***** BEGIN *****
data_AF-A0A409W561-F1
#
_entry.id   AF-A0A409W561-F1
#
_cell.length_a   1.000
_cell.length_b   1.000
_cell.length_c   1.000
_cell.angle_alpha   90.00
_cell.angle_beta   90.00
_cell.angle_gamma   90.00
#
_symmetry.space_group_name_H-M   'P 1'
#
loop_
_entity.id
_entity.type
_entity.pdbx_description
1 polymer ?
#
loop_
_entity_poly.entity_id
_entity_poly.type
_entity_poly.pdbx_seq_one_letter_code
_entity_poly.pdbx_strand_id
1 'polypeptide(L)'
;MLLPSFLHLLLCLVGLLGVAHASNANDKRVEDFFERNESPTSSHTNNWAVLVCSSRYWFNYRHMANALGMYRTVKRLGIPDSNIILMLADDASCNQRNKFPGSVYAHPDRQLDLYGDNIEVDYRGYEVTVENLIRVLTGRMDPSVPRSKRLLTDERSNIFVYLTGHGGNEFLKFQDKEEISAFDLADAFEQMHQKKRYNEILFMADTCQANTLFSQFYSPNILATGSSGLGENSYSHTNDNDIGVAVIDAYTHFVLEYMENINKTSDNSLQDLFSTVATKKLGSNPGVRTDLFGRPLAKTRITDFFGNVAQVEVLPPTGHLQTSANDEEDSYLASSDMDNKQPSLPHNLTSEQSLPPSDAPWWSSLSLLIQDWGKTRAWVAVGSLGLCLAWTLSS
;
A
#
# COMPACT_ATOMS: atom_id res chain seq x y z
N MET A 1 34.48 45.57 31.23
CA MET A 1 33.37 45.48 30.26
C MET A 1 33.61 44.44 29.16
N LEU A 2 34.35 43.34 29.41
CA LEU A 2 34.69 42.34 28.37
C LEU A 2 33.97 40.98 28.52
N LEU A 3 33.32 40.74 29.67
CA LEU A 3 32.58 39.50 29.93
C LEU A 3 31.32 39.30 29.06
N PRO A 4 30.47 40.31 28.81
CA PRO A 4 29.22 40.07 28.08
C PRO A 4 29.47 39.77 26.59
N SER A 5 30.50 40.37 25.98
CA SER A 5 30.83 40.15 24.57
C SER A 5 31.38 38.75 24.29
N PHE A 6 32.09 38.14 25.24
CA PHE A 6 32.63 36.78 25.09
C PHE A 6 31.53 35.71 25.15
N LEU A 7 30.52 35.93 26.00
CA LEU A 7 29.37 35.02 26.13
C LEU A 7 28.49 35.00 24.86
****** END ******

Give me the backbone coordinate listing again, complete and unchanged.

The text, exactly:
data_AF-A0A409W561-F1
#
_entry.id   AF-A0A409W561-F1
#
_cell.length_a   1.000
_cell.length_b   1.000
_cell.length_c   1.000
_cell.angle_alpha   90.00
_cell.angle_beta   90.00
_cell.angle_gamma   90.00
#
_symmetry.space_group_name_H-M   'P 1'
#
loop_
_entity.id
_entity.type
_entity.pdbx_description
1 polymer ?
#
loop_
_entity_poly.entity_id
_entity_poly.type
_entity_poly.pdbx_seq_one_letter_code
_entity_poly.pdbx_strand_id
1 'polypeptide(L)'
;MLLPSFLHLLLCLVGLLGVAHASNANDKRVEDFFERNESPTSSHTNNWAVLVCSSRYWFNYRHMANALGMYRTVKRLGIPDSNIILMLADDASCNQRNKFPGSVYAHPDRQLDLYGDNIEVDYRGYEVTVENLIRVLTGRMDPSVPRSKRLLTDERSNIFVYLTGHGGNEFLKFQDKEEISAFDLADAFEQMHQKKRYNEILFMADTCQANTLFSQFYSPNILATGSSGLGENSYSHTNDNDIGVAVIDAYTHFVLEYMENINKTSDNSLQDLFSTVATKKLGSNPGVRTDLFGRPLAKTRITDFFGNVAQVEVLPPTGHLQTSANDEEDSYLASSDMDNKQPSLPHNLTSEQSLPPSDAPWWSSLSLLIQDWGKTRAWVAVGSLGLCLAWTLSS
;
A
#
# COMPACT_ATOMS: atom_id res chain seq x y z
N MET A 1 34.48 45.57 31.23
CA MET A 1 33.37 45.48 30.26
C MET A 1 33.61 44.44 29.16
N LEU A 2 34.35 43.34 29.41
CA LEU A 2 34.69 42.34 28.37
C LEU A 2 33.97 40.98 28.52
N LEU A 3 33.32 40.74 29.67
CA LEU A 3 32.58 39.50 29.93
C LEU A 3 31.32 39.30 29.06
N PRO A 4 30.47 40.31 28.81
CA PRO A 4 29.22 40.07 28.08
C PRO A 4 29.47 39.77 26.59
N SER A 5 30.50 40.37 25.98
CA SER A 5 30.83 40.15 24.57
C SER A 5 31.38 38.75 24.29
N PHE A 6 32.09 38.14 25.24
CA PHE A 6 32.63 36.78 25.09
C PHE A 6 31.53 35.71 25.15
N LEU A 7 30.52 35.93 26.00
CA LEU A 7 29.37 35.02 26.13
C LEU A 7 28.49 35.00 24.86